Ie. We are gringos.
Usually when travelling, especially at tourist destinations, you cannot escape hoards of tourists. However, we have noticed that so far in South America there have been shockingly few gringos. That changed today when we went to the charming city of Sucre and found where they were all hiding. Although when I say “all” I still mean a relatively small number. I don’t know if we got lucky, if it’s low season, or if we are off the beaten track, but I’ll roll with it because it means we have had a more authentic experience.
Today we had a day trip to the cute city of Sucre that has become known as The White Town, not due to gringos, but due to its many white washed buildings. Immediately upon arrival we noticed that this town was much different than other Bolivian cities. Instead of the usual red brick building, the streets of Sucre are full of Spanish colonial style buildings and more greenery than we’ve seen in a while.
This is because it is one of the more wealthy cities in the country due to the proximity of nearby silver mines in Potosi. It is also the “official capital” of Bolivia even though the government sits in La Paz.
One of our favourite parts of the day, believe it or not, was our drive from Potosi (where we’re staying) to Sucre. It was a 2.5h drive through interesting mountain landscapes and down into river valleys. A taxi drove us there for only $35 (a steal of a deal for that length of journey). Having the taxi was a nice break from the buses we have become accustomed to and allowed us to stop to take a few pictures here and there.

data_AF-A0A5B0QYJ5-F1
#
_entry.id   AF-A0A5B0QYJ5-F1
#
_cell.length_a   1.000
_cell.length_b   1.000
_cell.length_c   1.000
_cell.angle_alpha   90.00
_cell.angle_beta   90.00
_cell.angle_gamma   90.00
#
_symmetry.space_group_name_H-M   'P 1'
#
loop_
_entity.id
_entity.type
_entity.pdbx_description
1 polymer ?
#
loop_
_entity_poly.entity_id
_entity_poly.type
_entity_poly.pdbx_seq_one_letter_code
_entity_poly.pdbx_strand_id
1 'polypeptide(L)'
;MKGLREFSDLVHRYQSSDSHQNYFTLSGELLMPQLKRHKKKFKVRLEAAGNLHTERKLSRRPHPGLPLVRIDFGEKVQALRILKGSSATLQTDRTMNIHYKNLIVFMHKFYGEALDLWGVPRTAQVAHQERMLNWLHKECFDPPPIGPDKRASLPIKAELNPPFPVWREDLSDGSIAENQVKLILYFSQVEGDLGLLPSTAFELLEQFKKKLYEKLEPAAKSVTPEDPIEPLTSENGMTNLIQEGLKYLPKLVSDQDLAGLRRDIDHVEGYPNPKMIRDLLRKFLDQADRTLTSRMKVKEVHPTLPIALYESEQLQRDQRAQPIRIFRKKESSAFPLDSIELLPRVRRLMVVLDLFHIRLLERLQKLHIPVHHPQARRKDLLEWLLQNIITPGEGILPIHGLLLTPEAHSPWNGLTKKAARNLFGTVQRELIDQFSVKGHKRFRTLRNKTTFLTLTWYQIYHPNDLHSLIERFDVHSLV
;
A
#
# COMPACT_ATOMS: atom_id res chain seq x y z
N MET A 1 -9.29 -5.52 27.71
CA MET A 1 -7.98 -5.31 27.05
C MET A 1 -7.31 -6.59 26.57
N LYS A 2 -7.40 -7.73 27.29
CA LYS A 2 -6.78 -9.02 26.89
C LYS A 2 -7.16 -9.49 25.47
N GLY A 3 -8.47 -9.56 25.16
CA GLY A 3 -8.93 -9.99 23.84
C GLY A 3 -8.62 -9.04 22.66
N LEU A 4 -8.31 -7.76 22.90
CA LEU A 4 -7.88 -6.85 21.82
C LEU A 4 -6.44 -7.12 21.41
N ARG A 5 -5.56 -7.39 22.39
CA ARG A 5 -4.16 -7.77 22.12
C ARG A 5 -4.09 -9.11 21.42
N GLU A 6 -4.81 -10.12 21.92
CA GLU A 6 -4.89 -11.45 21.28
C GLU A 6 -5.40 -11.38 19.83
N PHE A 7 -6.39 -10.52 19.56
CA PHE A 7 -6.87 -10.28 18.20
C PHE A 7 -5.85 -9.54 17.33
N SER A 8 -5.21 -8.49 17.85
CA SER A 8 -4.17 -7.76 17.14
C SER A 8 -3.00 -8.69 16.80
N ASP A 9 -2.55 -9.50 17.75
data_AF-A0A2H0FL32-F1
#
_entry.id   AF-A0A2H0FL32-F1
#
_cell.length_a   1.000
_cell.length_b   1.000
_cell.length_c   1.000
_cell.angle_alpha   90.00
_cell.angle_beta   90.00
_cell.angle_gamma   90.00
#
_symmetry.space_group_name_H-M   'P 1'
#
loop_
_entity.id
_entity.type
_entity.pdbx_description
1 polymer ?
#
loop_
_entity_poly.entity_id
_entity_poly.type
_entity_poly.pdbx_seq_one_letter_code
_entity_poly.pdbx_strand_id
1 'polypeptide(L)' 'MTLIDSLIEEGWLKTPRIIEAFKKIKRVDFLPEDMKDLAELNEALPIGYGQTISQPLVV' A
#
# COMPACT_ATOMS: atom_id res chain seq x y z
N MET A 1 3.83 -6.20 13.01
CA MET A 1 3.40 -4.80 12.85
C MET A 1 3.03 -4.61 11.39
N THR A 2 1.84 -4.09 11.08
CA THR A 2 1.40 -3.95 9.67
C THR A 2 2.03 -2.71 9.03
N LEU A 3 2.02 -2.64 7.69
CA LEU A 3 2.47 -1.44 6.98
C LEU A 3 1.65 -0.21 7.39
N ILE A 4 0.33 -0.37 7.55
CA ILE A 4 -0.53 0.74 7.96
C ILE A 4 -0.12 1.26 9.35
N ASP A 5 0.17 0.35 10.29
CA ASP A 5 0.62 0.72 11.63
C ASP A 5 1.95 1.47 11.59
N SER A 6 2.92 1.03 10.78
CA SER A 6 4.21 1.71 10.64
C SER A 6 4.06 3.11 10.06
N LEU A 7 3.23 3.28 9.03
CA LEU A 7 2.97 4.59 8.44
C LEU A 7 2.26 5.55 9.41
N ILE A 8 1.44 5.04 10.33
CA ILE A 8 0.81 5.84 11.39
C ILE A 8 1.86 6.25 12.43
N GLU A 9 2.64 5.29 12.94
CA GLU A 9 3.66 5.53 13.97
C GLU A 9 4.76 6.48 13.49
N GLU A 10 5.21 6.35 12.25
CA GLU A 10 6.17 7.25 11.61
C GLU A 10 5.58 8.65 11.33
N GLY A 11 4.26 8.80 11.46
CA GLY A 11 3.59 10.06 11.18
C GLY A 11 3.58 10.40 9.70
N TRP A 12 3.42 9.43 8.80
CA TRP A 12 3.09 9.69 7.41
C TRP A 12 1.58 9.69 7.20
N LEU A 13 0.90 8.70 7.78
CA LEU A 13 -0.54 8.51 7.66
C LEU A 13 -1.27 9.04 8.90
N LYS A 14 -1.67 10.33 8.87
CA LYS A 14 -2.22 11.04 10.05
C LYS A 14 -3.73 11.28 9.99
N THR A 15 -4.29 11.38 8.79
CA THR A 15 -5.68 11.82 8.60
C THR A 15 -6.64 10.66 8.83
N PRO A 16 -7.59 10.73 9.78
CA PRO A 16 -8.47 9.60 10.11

This may seem like a morbid topic to bring up, but Bolivian cemeteries are perhaps some of the most interesting we have ever seen. They consist of multiple long buildings (some the size of a 3-4 story apartment block) with many levels of alcoves that hold the ashes of the deceased.
The little grave is then decorated by the family with things the person loved or cherished during their life (such as miniatures of Coca Cola or whiskey). They are also usually filled with flowers from many visitors. The cemetery just goes on and on in what seems like and endless maze.
Now being the nerds we are we looked more into this: People are buried here for a period of 7 years for which the family pays $10,000. After this 7 year period the body is moved to a more traditional grave in the ground. Then after 20 years the remains are removed entirely, meaning the mourning period lasts 27 years total.
We also learned that families aren’t buried together. Men are usually buried with their colleagues and children are buried with other children under a large white mound. People are so defined by their occupation here that workers unions will have special areas just for the men working in that trade.
Here are some pictures from a similar style cemetery in La Paz:
I mentioned earlier that the architecture in Sucre was different than that we’ve seen anywhere else in Bolivia. So what is the architecture in the rest of Bolivia then? The houses and buildings here are mainly made of brick and mortar, but they are often given elaborately decorated facades. The windows are similar to bay style windows at home. Architects felt that this style of building was so unique to the area that a new name was created to describe buildings like this: Neo-Andean.
Thanks to this fun fact I now know how to describe at least 1 type of architecture appropriately!
PS – We’re off on a 4-day tour of the Bolivian Salt Flats tomorrow, so you might not hear from us for a while. We’ll update you on it all when we get back :)